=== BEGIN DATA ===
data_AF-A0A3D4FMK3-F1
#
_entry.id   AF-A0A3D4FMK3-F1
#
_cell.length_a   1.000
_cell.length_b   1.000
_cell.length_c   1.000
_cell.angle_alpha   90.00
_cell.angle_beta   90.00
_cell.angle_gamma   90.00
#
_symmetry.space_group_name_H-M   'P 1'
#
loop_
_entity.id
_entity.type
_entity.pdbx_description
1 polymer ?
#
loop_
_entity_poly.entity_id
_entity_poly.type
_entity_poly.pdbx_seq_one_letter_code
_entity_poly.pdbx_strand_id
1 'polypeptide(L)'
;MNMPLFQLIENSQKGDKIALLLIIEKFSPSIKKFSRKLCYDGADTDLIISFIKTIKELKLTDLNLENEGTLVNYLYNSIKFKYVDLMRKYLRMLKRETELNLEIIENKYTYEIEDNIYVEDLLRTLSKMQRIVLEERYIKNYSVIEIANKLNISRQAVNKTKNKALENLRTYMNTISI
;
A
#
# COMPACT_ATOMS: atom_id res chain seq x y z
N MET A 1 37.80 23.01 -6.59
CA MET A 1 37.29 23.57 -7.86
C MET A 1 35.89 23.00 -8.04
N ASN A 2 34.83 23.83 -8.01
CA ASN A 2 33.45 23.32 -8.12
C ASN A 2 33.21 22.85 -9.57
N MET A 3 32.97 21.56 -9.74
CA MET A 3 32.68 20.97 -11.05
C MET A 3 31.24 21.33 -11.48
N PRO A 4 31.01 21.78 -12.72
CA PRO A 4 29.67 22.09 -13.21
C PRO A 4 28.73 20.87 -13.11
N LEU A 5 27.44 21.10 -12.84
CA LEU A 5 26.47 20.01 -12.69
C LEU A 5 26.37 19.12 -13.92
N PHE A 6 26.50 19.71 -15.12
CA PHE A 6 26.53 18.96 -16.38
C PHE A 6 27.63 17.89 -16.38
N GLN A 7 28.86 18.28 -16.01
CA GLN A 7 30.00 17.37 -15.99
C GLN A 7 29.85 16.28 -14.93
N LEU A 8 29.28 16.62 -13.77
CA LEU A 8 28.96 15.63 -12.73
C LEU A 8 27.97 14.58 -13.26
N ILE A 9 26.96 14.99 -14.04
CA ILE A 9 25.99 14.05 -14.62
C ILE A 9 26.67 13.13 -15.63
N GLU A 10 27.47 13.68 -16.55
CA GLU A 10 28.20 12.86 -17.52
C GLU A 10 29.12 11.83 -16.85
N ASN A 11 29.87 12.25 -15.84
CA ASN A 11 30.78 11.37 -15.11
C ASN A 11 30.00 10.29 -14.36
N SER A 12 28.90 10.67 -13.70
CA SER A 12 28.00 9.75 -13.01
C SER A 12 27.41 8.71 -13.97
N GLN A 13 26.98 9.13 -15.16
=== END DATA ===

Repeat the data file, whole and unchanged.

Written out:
data_AF-A0A3D4FMK3-F1
#
_entry.id   AF-A0A3D4FMK3-F1
#
_cell.length_a   1.000
_cell.length_b   1.000
_cell.length_c   1.000
_cell.angle_alpha   90.00
_cell.angle_beta   90.00
_cell.angle_gamma   90.00
#
_symmetry.space_group_name_H-M   'P 1'
#
loop_
_entity.id
_entity.type
_entity.pdbx_description
1 polymer ?
#
loop_
_entity_poly.entity_id
_entity_poly.type
_entity_poly.pdbx_seq_one_letter_code
_entity_poly.pdbx_strand_id
1 'polypeptide(L)'
;MNMPLFQLIENSQKGDKIALLLIIEKFSPSIKKFSRKLCYDGADTDLIISFIKTIKELKLTDLNLENEGTLVNYLYNSIKFKYVDLMRKYLRMLKRETELNLEIIENKYTYEIEDNIYVEDLLRTLSKMQRIVLEERYIKNYSVIEIANKLNISRQAVNKTKNKALENLRTYMNTISI
;
A
#
# COMPACT_ATOMS: atom_id res chain seq x y z
N MET A 1 37.80 23.01 -6.59
CA MET A 1 37.29 23.57 -7.86
C MET A 1 35.89 23.00 -8.04
N ASN A 2 34.83 23.83 -8.01
CA ASN A 2 33.45 23.32 -8.12
C ASN A 2 33.21 22.85 -9.57
N MET A 3 32.97 21.56 -9.74
CA MET A 3 32.68 20.97 -11.05
C MET A 3 31.24 21.33 -11.48
N PRO A 4 31.01 21.78 -12.72
CA PRO A 4 29.67 22.09 -13.21
C PRO A 4 28.73 20.87 -13.11
N LEU A 5 27.44 21.10 -12.84
CA LEU A 5 26.47 20.01 -12.69
C LEU A 5 26.37 19.12 -13.92
N PHE A 6 26.50 19.71 -15.12
CA PHE A 6 26.53 18.96 -16.38
C PHE A 6 27.63 17.89 -16.38
N GLN A 7 28.86 18.28 -16.01
CA GLN A 7 30.00 17.37 -15.99
C GLN A 7 29.85 16.28 -14.93
N LEU A 8 29.28 16.62 -13.77
CA LEU A 8 28.96 15.63 -12.73
C LEU A 8 27.97 14.58 -13.26
N ILE A 9 26.96 14.99 -14.04
CA ILE A 9 25.99 14.05 -14.62
C ILE A 9 26.67 13.13 -15.63
N GLU A 10 27.47 13.68 -16.55
CA GLU A 10 28.20 12.86 -17.52
C GLU A 10 29.12 11.83 -16.85
N ASN A 11 29.87 12.25 -15.84
CA ASN A 11 30.78 11.37 -15.11
C ASN A 11 30.00 10.29 -14.36
N SER A 12 28.90 10.67 -13.70
CA SER A 12 28.00 9.75 -13.01
C SER A 12 27.41 8.71 -13.97
N GLN A 13 26.98 9.13 -15.16